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Alton Mill: Preserving heritage, art, and family ties

November 29, 2018   ·   0 Comments

The vacant and deteriorating Mill was acquired in 1988 by Jack Grant, entrepreneur, social activist and founder of Seaton Group. Sharing the same love for the heritage that their father had, sons Jeremy and Jordan Grant took over the management of this ‘jewel in the rough’ in the early 90’s

Alton Mill Arts Centre is a heritage building that has been preserved and nurtured with architectural precision while keeping its promise to the past to maintain its rustic and quaint qualities. A vibrant arts centre featuring some 20 artists and artisans in working studios, 4 art galleries, a fiber art and fashion market, hand-crafted jewellery, a heritage exhibit, and café, Alton Mill is a place for anyone who wants to appreciate the beauty of art, creative use of space and history.

We met Jeremy and Jordan Grant to ask them about Alton Mill Arts Centre and their future plans:

Tell us about yourself…

Jordan: Our father started the development business back in 1950’s. Jeremy always wanted to get into the field of development because he had studied planning but I got into this field in the early 90’s when one of the projects was facing some problems. We have been working together as a team since early 1990’s.

Jeremy: The company had worked on projects in smaller communities outside Toronto. Even though our father was from Toronto, most of his company projects included places like Uxbridge and Unionville, which now are suburban communities.

Jordan: What we do is community development in smaller regions but we got our first taste of major development in Woodbridge where we worked on a mainstream heritage building. The business has evolved but we focus on smaller infill projects and we have branched into related real estate projects. We also have land in Belize where we operate tourist resorts.

Both of you restored an 1880’s stone mill and converted it into the Alton Mill Arts Centre with studios, galleries, shops and event spaces, what inspired you to take this step?

Jordan: Initially, we didn’t have a business plan to open an arts centre, our father owned this property and it fell into our laps as a vacant derelict building. It was a jewel in the rough and the question was what can we do with it? We looked at a lot of different options during the early 90’s recession. We tried to sell it but the offers were too low and a real estate agent advised us to demolish the building as the land had a higher value. Our father had feelings for heritage buildings and so did we. We decided to take a different route and focused on other priorities to rebuild our business.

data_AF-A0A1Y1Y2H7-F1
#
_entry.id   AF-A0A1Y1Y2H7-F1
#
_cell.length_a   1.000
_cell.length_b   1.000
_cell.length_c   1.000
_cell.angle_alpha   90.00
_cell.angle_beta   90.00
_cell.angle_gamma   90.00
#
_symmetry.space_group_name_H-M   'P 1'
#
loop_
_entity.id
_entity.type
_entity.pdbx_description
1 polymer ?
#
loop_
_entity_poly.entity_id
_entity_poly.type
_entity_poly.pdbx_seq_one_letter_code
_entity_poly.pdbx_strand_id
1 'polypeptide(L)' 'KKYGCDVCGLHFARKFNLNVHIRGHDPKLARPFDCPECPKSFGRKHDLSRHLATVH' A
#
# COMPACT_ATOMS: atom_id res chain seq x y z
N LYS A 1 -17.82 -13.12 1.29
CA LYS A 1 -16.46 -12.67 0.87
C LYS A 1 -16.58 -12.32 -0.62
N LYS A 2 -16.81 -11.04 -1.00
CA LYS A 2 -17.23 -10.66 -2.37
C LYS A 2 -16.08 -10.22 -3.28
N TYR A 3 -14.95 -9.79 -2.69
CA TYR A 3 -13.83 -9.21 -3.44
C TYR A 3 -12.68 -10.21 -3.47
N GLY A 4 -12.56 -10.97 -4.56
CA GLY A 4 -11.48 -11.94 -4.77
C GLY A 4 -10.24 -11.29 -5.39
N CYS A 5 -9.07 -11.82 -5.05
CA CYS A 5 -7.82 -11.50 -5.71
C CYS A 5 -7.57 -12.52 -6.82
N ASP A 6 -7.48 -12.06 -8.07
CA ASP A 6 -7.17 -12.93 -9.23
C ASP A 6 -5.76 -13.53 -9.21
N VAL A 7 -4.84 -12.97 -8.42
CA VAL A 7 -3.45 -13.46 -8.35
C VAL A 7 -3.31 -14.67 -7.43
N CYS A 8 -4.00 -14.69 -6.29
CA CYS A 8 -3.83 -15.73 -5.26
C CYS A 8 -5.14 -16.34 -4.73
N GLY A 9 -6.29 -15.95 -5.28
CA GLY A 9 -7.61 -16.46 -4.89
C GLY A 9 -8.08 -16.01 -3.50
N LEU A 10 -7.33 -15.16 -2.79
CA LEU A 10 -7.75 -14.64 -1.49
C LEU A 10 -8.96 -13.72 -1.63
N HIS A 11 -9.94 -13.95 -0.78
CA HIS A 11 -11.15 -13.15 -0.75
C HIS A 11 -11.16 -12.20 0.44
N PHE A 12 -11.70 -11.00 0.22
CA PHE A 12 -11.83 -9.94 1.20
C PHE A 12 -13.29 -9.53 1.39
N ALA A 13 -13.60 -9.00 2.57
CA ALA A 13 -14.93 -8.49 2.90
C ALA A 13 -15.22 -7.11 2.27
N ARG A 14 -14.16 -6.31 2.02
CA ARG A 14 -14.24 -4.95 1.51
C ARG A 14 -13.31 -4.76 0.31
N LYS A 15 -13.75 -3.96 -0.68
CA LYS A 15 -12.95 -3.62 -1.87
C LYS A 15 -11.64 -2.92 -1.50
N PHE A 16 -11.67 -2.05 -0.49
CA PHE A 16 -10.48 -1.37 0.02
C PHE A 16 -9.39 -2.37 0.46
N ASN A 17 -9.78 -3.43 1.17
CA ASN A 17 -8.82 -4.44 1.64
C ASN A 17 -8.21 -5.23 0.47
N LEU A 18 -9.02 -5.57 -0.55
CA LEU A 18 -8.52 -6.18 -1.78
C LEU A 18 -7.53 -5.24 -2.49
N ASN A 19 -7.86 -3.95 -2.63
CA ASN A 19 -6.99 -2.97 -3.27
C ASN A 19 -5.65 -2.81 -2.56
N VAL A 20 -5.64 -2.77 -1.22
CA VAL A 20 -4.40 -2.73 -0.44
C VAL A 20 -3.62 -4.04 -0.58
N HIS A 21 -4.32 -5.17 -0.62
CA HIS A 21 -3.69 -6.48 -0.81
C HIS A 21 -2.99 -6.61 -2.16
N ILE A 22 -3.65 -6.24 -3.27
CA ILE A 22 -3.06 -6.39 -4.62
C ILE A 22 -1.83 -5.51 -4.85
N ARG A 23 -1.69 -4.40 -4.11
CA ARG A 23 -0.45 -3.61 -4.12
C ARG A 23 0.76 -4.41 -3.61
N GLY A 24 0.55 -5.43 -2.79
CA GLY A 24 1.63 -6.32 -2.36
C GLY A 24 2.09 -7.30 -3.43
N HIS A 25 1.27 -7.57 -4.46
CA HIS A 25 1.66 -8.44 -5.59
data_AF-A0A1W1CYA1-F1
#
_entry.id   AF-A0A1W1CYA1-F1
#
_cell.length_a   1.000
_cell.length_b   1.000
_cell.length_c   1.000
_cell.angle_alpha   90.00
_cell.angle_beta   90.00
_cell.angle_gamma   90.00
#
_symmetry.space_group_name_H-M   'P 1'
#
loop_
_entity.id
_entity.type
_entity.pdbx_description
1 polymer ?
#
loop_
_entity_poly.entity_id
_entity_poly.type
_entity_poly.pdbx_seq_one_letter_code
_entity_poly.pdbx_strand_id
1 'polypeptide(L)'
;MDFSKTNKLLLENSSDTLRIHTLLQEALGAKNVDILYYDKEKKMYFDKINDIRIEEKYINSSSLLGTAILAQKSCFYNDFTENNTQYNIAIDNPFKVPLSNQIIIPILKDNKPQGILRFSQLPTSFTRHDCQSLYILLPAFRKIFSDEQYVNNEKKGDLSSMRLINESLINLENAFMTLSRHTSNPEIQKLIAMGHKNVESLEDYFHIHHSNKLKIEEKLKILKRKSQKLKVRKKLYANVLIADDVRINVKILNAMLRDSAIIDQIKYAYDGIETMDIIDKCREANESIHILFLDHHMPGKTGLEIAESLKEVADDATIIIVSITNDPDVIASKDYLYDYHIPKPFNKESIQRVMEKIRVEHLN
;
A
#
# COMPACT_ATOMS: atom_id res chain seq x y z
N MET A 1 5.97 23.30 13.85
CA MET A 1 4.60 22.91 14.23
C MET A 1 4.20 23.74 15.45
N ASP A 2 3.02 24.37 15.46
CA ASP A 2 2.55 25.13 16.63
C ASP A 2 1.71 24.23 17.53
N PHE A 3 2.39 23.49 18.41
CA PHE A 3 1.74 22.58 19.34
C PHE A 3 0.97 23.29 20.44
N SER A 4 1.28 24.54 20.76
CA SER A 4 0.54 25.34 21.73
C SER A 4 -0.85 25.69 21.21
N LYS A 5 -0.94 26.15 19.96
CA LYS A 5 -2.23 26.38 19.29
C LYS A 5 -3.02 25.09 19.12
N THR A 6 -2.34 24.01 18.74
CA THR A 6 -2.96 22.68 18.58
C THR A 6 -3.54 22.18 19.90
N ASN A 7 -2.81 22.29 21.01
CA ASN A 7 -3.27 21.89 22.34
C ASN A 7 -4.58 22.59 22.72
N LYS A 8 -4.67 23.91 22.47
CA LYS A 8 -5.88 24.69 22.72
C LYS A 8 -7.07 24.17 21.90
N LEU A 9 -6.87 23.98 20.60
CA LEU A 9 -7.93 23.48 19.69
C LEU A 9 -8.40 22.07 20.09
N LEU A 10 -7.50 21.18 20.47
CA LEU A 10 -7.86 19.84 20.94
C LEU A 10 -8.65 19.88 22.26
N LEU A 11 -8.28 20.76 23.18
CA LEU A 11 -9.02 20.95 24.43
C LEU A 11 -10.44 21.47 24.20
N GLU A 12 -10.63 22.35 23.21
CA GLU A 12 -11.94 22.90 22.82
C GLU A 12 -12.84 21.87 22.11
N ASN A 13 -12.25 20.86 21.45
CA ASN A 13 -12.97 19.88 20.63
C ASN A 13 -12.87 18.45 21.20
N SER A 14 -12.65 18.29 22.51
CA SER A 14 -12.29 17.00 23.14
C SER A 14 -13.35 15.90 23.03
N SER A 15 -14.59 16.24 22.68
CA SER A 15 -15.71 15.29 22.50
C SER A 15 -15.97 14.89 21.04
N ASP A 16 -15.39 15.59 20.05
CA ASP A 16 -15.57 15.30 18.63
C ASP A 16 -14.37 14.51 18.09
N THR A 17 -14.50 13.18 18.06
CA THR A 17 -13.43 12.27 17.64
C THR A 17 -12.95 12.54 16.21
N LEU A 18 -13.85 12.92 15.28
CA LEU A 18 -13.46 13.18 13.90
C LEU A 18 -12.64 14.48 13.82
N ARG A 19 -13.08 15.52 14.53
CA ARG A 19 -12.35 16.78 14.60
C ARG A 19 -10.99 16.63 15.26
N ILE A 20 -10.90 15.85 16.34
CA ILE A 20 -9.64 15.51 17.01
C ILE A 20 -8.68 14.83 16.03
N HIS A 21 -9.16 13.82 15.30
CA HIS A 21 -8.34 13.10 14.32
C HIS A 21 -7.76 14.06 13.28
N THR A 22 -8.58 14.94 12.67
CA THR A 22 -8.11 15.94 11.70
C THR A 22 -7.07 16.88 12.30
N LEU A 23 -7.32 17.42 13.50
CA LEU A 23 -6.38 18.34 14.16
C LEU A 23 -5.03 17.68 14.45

Jeremy: We did look at several different uses like seniors home, rental housing, residential condominiums, residential, arts and even a craft market hall. The building was zoned industrial so we looked at several industrial uses for it. The building was without electricity and heat, stripped out by vandals, and the well that had served the property was contaminated. There were many issues that had to be resolved.

Jordan: A local woodworker Carl Borgstram approached Jeremy and wanted to set up his art shop here. He thought there would be a demand for studios by other artists and craftspeople. We decided to give it a try. After converting the east section of the mill, he set up his woodworking shop in the building and we created six studios upstairs.

Jeremy: That really was an evolutionary start at the time. We were approached by those who wanted to be here. We literally put two walls in place and then others came. The six studios were a test at the time and it took a year to set it all up. We still have three family members from those original shop owners and tenants.

Tell us about the restoration process of the Alton Mill. Did you convey your vision to the architect Catherine Nasmith? What sort of design contributions did you make towards the process?

Jordan: When Jeremy got involved with Headwaters Arts Network, we started to develop a vision to create a space for arts. At the time, there was economic development money that could be allocated towards a space for arts.

Courtesy: Town of Caledon

         

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